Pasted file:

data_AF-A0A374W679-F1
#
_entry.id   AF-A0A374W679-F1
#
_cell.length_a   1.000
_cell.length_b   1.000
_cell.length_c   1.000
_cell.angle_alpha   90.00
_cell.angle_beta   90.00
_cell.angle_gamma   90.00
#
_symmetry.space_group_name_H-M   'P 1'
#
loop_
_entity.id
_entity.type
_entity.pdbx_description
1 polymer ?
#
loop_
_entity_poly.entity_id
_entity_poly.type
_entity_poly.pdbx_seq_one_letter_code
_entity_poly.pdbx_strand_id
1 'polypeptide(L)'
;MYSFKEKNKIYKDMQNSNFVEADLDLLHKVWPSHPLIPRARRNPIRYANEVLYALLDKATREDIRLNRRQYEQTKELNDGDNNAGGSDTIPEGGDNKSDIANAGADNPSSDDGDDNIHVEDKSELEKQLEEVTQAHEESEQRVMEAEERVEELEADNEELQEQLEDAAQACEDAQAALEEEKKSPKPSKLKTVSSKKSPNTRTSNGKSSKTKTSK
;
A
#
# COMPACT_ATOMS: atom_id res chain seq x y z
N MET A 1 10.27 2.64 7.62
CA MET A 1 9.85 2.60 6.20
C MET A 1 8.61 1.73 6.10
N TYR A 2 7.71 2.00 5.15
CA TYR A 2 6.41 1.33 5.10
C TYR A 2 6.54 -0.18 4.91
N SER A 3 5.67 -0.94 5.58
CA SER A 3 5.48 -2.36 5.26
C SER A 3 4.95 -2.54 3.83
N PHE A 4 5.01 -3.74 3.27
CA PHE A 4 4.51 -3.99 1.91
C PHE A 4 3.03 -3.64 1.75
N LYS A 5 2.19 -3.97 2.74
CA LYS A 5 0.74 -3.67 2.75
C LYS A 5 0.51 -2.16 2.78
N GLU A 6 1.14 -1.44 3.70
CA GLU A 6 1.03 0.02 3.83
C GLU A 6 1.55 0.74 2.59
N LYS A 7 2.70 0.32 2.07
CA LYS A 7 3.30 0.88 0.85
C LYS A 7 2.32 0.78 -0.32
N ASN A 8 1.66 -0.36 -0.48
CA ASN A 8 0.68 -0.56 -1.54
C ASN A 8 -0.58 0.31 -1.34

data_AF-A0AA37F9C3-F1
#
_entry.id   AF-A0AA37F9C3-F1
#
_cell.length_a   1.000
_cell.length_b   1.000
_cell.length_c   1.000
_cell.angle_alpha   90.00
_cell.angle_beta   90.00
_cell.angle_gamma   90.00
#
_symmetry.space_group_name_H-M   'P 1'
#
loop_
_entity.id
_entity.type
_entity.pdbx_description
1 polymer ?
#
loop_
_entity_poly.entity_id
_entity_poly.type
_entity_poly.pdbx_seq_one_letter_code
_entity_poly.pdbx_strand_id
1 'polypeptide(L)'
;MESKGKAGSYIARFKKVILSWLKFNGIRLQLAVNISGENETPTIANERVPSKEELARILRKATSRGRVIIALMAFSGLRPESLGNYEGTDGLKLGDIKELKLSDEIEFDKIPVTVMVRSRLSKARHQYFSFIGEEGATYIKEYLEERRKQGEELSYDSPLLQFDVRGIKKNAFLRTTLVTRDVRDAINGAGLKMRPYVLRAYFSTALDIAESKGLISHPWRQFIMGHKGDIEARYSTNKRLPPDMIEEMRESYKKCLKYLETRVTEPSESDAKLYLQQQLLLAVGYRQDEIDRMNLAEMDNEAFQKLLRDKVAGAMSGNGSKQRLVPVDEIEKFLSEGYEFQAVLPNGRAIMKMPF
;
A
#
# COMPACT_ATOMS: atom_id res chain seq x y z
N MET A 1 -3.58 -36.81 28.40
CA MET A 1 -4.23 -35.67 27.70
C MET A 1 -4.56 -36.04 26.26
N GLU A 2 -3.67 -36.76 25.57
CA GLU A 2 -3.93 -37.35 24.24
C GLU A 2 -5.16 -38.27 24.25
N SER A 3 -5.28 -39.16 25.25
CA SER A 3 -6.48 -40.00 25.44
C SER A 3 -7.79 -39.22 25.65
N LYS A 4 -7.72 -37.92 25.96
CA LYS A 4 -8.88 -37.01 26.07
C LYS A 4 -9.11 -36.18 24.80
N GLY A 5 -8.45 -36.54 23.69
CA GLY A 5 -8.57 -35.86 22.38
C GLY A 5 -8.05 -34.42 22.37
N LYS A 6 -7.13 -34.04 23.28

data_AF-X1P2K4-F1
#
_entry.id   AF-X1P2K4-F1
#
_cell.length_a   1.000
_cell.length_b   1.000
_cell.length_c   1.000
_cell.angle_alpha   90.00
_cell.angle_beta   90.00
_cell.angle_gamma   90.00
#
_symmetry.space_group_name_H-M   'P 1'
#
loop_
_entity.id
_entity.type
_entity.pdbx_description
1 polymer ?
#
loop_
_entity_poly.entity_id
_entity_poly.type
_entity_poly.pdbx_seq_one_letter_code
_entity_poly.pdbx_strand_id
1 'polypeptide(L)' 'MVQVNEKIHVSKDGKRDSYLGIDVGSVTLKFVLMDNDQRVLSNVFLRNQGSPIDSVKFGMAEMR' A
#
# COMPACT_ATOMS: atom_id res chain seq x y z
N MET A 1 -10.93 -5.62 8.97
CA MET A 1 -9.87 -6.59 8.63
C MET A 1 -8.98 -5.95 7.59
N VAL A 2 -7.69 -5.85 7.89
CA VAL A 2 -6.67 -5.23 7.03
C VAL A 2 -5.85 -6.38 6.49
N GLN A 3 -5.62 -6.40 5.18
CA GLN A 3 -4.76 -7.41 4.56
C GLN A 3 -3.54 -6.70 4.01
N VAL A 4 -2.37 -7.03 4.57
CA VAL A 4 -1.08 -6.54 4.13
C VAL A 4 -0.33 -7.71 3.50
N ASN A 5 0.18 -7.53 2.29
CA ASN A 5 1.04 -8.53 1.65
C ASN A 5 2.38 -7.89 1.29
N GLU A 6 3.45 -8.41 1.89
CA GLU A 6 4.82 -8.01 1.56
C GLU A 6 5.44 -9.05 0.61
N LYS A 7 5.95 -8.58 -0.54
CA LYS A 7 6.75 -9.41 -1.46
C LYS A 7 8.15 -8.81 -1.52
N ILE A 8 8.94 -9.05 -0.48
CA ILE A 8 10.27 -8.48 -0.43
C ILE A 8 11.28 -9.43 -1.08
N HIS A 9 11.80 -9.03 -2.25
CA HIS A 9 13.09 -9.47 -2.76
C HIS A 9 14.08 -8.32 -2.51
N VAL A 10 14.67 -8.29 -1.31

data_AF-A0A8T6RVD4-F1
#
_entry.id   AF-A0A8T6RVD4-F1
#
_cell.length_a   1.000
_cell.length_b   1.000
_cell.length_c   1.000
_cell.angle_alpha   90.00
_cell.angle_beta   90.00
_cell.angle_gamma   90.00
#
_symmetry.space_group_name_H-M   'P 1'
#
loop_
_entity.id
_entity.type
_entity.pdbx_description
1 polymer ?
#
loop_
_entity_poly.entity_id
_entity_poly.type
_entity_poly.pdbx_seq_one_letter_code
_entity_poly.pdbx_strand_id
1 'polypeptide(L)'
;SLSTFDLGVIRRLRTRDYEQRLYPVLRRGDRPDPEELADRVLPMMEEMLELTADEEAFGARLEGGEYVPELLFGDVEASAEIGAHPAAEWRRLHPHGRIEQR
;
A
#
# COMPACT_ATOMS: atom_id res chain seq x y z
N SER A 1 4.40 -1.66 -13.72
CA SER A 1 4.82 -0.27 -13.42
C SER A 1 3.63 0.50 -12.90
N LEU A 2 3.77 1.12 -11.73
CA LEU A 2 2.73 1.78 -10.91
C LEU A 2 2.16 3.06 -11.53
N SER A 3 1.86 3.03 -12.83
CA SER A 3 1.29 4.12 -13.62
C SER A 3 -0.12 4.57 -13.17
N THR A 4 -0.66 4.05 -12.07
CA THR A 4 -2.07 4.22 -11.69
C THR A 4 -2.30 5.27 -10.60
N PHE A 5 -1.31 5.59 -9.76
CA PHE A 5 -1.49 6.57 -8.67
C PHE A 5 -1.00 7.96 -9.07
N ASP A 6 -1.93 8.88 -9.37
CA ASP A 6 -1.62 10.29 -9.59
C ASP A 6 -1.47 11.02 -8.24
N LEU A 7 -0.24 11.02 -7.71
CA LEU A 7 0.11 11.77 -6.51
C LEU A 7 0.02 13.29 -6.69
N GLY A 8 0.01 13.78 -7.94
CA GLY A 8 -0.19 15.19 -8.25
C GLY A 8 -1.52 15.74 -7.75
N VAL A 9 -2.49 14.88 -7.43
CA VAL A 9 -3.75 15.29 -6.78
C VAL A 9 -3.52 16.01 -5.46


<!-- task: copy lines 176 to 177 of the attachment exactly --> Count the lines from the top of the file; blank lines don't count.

_entity_poly.entity_id
_entity_poly.type